A black church's road to recovery

The mass killing at a historic black church in Charleston is a needless tragedy, but one that triggers a strong tradition in black churches: forgiveness.

People gather outside Emanuel African Methodist Episcopal Church after the street was re-opened a day after a mass shooting left nine dead during a Bible study at the church in Charleston, South Carolina June 18.

For many African-American Christians, the traditional black church in the United States has long had two distinct religious purposes. It has been a safe meeting place where blacks can feel most free. And it is a place of worship to learn the wisdom of collective forgiveness for the wrongs done to blacks. 

On Wednesday, a gunman temporarily shattered the freedom long found at one of America’s oldest black churches, the Emanuel African Methodist Episcopal (AME) Church in Charleston, S.C. He killed nine people during a Bible study, including the Rev. Clementa Pinckney, a man known as a graceful comforter to all.

But the killer failed to diminish the spirit of forgiveness in Charleston’s black community, the kind that heals by letting go of anger and that helps overcome any indignity. Within a day of the killing, prayer vigils and a memorial service at another AME church emphasized the strong tradition of forgiveness that has marked black churches, especially in the South.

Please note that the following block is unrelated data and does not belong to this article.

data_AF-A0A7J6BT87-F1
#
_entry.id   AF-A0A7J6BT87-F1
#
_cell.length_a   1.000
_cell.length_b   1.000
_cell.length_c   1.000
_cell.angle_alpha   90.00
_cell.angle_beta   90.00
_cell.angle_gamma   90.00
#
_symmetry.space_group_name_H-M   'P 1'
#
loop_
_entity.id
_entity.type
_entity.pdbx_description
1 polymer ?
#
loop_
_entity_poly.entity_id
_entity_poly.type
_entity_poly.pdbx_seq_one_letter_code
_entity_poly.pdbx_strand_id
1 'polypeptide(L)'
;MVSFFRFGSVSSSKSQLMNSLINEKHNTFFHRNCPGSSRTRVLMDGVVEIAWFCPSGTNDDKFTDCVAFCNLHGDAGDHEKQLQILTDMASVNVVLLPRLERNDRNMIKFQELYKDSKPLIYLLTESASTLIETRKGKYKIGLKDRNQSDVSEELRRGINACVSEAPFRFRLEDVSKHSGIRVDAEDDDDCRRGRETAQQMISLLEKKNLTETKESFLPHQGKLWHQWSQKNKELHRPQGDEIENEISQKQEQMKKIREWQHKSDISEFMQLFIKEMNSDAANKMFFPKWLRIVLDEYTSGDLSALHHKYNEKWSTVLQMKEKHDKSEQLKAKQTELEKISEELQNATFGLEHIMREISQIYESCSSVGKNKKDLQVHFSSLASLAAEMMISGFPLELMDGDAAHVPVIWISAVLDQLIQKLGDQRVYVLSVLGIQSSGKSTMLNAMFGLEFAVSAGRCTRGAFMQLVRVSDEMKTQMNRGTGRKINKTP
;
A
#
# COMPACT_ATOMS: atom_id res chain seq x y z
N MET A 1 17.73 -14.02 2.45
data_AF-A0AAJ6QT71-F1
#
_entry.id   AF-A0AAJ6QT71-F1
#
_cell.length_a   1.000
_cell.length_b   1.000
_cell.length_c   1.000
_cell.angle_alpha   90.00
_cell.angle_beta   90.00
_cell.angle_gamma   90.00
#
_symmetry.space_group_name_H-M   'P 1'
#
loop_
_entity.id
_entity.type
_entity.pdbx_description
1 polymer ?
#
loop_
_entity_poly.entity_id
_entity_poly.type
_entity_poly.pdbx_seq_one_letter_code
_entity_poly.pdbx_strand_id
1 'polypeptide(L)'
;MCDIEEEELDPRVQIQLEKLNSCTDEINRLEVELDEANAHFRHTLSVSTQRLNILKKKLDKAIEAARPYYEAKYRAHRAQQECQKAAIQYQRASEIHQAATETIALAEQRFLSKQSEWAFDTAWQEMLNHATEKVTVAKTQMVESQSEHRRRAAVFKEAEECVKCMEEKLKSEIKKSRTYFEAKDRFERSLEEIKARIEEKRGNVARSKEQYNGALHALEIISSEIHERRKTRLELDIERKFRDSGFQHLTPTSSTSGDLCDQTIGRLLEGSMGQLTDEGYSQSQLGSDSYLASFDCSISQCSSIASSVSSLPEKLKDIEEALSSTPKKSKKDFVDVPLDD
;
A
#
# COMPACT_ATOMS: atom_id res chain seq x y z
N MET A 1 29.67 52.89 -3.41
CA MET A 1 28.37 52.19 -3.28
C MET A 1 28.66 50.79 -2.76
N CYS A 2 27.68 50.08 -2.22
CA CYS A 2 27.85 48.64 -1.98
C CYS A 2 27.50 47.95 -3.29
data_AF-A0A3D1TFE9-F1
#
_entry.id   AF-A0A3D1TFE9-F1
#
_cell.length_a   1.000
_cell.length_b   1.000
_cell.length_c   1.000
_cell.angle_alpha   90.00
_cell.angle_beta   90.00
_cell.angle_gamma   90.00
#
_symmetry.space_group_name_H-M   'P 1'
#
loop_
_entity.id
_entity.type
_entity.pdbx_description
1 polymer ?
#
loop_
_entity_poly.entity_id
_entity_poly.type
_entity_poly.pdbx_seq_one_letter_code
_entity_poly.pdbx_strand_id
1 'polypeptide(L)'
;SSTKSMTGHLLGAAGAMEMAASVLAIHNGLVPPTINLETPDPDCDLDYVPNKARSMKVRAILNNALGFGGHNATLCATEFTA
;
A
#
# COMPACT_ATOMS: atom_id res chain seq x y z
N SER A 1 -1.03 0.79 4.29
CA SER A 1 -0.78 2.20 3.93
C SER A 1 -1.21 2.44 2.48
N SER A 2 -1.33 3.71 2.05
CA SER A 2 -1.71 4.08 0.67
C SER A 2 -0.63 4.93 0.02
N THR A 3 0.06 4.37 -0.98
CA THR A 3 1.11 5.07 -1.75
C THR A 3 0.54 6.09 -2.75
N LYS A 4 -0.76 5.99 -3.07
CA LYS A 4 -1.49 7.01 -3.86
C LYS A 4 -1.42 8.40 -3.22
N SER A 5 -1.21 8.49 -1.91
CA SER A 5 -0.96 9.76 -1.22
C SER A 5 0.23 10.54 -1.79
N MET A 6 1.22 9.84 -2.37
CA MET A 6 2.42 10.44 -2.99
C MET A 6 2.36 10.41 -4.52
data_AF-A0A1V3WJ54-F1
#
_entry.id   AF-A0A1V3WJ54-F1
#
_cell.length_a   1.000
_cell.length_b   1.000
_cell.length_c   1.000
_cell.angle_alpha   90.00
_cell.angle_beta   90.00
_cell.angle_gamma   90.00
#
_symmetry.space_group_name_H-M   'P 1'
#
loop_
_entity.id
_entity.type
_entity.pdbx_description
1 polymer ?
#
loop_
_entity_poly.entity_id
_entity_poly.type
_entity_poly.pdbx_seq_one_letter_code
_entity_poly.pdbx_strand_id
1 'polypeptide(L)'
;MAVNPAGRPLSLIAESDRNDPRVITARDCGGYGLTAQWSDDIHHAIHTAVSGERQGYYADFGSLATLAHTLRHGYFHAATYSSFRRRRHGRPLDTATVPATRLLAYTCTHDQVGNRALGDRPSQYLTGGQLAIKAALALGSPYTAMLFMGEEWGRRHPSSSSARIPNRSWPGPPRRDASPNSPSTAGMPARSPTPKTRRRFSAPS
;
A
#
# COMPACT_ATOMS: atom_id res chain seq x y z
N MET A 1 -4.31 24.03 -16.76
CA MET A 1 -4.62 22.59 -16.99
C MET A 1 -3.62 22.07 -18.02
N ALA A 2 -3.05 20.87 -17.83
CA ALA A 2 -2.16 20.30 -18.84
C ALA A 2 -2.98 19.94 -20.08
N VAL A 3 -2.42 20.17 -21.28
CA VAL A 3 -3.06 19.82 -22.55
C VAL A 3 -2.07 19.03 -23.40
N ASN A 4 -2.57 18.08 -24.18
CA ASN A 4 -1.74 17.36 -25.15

If Mr. Pinckney were able to speak at Thursday’s service, he might have repeated the words he told the The Post and Courier newspaper in 2010: “Loving God is never separate from loving our brothers and sisters. It’s always the same.”

The type of African-American Christianity that grew out of slavery and other hardships is known for its emphasis on God’s mercy more than His judgment. This has been a source of strength for black Christians in their ministry and their public activism against slavery, Jim Crow laws, and modern forms of discrimination. Two scholars, C. Eric Lincoln and Lawrence H. Mamiya, write that black churches have served as “the cultural womb of the black community.”

Worship and civic engagement have been closely entwined in many black churches. This is because they often focus on the words of Jesus that he came to “proclaim release to the captives and ... to let the oppressed go free.” By gathering together for worship, blacks gain an experience of collective freedom. This has helped many pastors, such as Martin Luther King Jr., play a role in civic life. Pinckney was a state senator and recently led an effort in the state legislature to have police wear body cameras. 

All of Charleston came together to mourn the tragedy at Emanuel AME Church. “There is a lot of prayer in this state,” said South Carolina Gov. Nikki Haley. This mass murder may not be easy to forgive. But for the sake of healing, forgiveness is a necessity.

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